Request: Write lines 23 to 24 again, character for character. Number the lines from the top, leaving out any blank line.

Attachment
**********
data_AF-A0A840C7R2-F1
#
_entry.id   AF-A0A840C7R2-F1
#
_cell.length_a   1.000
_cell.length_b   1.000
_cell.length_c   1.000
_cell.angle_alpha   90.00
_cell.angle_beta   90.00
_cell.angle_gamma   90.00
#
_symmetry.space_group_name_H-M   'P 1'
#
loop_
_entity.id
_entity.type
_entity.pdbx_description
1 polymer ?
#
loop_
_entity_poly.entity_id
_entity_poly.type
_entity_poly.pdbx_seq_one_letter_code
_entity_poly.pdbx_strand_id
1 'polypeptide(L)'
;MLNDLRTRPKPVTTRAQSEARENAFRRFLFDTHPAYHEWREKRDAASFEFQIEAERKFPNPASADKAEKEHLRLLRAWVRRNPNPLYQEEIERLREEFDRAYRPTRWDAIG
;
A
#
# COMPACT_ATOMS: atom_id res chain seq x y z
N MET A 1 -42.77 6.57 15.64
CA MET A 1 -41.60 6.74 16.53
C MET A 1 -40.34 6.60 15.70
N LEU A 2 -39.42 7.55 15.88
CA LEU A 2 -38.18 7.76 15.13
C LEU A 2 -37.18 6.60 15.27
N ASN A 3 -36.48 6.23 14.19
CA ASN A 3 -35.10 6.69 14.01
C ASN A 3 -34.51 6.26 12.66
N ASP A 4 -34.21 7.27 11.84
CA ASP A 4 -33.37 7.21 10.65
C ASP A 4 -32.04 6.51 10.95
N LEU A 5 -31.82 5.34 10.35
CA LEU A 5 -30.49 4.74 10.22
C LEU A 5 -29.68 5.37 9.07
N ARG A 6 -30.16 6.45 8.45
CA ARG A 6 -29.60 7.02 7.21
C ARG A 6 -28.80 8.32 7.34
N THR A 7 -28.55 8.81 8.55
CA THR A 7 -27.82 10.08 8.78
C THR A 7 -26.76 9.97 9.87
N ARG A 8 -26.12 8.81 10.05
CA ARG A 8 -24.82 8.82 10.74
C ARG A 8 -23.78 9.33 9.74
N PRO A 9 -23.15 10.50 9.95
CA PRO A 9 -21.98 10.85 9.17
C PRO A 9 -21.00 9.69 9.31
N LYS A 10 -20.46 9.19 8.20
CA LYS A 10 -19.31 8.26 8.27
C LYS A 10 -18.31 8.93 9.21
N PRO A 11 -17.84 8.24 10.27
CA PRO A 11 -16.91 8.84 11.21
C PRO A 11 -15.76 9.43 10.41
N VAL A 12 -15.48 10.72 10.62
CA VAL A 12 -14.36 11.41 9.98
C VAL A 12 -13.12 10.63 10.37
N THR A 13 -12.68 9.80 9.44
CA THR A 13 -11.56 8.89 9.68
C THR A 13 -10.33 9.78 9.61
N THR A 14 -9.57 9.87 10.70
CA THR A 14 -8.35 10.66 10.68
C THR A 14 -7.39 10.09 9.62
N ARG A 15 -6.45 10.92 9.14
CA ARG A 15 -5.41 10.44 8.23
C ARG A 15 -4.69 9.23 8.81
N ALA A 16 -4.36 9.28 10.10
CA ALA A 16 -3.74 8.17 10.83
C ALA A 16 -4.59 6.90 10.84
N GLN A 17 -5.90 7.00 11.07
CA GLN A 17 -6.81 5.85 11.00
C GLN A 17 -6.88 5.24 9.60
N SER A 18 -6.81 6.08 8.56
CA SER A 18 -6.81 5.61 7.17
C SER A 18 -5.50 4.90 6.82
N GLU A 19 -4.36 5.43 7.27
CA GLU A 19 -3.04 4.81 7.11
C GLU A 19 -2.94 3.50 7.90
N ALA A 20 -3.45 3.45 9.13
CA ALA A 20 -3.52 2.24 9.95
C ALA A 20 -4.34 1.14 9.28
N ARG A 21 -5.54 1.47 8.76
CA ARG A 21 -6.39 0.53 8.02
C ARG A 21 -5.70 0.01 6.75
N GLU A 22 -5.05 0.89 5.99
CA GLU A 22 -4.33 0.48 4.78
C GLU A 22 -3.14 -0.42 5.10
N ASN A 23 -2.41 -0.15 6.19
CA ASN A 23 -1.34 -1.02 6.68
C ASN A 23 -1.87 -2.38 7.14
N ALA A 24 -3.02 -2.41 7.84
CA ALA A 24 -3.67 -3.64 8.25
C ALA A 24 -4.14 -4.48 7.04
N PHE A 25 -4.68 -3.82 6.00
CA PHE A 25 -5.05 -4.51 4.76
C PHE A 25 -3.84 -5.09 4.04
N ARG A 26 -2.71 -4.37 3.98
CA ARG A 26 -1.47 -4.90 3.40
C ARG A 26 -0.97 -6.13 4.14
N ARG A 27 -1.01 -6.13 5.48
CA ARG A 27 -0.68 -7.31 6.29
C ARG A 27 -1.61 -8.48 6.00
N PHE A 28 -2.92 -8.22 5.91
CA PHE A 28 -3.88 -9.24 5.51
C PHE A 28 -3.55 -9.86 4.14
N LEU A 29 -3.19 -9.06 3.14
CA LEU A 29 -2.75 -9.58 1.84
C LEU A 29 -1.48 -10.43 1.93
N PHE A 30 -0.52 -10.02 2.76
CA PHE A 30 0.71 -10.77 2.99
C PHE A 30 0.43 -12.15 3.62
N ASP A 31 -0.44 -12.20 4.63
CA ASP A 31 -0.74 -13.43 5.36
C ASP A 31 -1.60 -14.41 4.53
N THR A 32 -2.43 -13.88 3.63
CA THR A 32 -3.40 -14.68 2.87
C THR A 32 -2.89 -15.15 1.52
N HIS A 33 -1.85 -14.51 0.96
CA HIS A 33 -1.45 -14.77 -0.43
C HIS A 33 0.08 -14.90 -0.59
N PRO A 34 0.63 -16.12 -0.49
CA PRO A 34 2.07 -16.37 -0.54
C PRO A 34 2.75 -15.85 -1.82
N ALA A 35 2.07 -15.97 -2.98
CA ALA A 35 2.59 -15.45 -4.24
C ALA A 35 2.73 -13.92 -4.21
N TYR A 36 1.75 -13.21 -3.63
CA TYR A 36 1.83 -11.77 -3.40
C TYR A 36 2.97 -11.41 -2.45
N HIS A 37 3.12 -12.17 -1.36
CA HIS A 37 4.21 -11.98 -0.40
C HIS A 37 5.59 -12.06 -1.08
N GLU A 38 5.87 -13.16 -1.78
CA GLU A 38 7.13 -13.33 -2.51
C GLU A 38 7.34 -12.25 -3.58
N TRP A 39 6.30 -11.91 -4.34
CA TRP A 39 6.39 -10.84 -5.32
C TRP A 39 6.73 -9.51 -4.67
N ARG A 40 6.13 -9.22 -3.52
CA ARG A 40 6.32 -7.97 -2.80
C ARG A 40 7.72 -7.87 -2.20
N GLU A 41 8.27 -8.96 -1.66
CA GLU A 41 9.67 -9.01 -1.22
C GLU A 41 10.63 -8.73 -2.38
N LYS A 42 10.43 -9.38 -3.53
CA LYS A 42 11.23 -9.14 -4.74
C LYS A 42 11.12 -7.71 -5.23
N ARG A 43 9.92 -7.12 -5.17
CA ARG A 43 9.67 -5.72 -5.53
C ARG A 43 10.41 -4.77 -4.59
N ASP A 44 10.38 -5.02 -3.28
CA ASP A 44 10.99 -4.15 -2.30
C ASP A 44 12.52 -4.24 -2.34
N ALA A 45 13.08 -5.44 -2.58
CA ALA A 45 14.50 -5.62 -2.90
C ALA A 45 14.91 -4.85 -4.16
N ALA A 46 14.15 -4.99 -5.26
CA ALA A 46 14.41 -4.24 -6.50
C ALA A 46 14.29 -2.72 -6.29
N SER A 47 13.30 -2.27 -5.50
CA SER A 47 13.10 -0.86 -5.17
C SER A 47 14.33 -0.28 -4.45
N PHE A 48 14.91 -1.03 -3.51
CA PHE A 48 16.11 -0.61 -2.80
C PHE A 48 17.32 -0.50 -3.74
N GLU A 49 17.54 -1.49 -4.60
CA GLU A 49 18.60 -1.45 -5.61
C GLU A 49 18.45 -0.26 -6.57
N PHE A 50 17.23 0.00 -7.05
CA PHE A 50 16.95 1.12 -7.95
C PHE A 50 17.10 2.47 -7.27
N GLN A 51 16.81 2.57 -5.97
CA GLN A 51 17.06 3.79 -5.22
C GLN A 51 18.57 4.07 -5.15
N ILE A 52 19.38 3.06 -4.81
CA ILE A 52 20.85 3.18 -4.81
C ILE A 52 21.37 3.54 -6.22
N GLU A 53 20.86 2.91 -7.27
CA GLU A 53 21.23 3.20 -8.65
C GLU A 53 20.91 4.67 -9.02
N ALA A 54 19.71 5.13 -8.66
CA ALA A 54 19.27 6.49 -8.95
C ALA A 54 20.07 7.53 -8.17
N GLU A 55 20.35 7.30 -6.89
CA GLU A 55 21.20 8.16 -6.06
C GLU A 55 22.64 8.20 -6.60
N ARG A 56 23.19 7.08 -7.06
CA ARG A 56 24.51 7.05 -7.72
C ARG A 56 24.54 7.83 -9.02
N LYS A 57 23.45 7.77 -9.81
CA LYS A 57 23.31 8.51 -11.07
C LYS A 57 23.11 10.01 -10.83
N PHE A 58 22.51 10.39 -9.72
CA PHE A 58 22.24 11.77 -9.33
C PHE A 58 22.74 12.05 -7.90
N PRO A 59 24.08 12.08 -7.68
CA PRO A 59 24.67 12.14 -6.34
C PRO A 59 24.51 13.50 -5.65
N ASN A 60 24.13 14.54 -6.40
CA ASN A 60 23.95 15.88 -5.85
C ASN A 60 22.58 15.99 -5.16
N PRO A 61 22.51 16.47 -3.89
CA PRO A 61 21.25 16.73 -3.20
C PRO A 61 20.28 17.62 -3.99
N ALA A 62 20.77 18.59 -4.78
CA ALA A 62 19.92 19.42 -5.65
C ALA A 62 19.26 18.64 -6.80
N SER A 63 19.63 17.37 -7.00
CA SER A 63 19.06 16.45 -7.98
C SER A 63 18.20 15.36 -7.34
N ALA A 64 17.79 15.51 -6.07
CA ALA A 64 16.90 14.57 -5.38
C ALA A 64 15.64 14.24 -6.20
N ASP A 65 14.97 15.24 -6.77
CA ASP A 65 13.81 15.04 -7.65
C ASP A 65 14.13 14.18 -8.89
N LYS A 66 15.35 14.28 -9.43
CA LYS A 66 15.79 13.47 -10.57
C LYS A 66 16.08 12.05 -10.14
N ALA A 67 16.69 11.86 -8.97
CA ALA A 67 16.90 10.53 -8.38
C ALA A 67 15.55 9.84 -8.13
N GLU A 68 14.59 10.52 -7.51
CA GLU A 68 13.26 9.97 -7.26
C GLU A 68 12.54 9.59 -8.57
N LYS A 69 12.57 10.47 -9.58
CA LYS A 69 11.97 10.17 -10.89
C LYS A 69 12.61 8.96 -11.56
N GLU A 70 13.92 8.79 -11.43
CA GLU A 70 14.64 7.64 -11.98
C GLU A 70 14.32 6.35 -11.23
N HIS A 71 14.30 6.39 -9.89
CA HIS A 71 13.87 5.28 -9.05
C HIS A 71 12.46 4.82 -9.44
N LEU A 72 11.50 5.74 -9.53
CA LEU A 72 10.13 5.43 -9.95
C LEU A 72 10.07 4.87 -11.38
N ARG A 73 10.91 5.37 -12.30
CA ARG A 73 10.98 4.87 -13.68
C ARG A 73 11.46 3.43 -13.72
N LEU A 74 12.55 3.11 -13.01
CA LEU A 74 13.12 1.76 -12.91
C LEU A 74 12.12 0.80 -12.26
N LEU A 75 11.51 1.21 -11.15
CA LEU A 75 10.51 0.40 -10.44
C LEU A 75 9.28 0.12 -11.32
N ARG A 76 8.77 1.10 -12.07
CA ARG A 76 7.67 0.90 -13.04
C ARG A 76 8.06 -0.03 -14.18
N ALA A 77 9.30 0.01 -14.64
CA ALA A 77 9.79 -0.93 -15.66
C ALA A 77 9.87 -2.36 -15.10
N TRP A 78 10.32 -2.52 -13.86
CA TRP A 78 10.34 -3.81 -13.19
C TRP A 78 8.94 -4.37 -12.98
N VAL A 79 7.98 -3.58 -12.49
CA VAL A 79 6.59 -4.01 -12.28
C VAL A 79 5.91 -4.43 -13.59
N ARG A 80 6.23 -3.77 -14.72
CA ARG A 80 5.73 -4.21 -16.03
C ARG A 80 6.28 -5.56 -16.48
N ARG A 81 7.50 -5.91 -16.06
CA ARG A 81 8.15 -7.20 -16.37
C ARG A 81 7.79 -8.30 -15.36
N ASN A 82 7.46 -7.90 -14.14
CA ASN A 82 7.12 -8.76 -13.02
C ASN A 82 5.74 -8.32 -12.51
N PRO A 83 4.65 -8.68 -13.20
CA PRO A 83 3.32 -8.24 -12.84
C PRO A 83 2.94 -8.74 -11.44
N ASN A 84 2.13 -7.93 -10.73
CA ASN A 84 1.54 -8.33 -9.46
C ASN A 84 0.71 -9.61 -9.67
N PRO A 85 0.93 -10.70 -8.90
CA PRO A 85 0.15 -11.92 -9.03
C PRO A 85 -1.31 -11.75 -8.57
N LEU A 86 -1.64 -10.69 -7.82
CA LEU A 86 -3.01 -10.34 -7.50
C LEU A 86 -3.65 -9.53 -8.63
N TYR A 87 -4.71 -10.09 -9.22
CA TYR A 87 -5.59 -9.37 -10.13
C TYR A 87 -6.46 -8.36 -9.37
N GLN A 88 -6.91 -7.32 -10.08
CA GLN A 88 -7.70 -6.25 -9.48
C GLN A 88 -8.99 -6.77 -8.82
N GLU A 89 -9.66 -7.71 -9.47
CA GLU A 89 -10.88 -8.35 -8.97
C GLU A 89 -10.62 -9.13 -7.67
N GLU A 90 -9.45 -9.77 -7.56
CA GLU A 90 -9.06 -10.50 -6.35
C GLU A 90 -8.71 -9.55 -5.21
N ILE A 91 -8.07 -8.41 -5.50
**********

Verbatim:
_entity_poly.pdbx_seq_one_letter_code
_entity_poly.pdbx_strand_id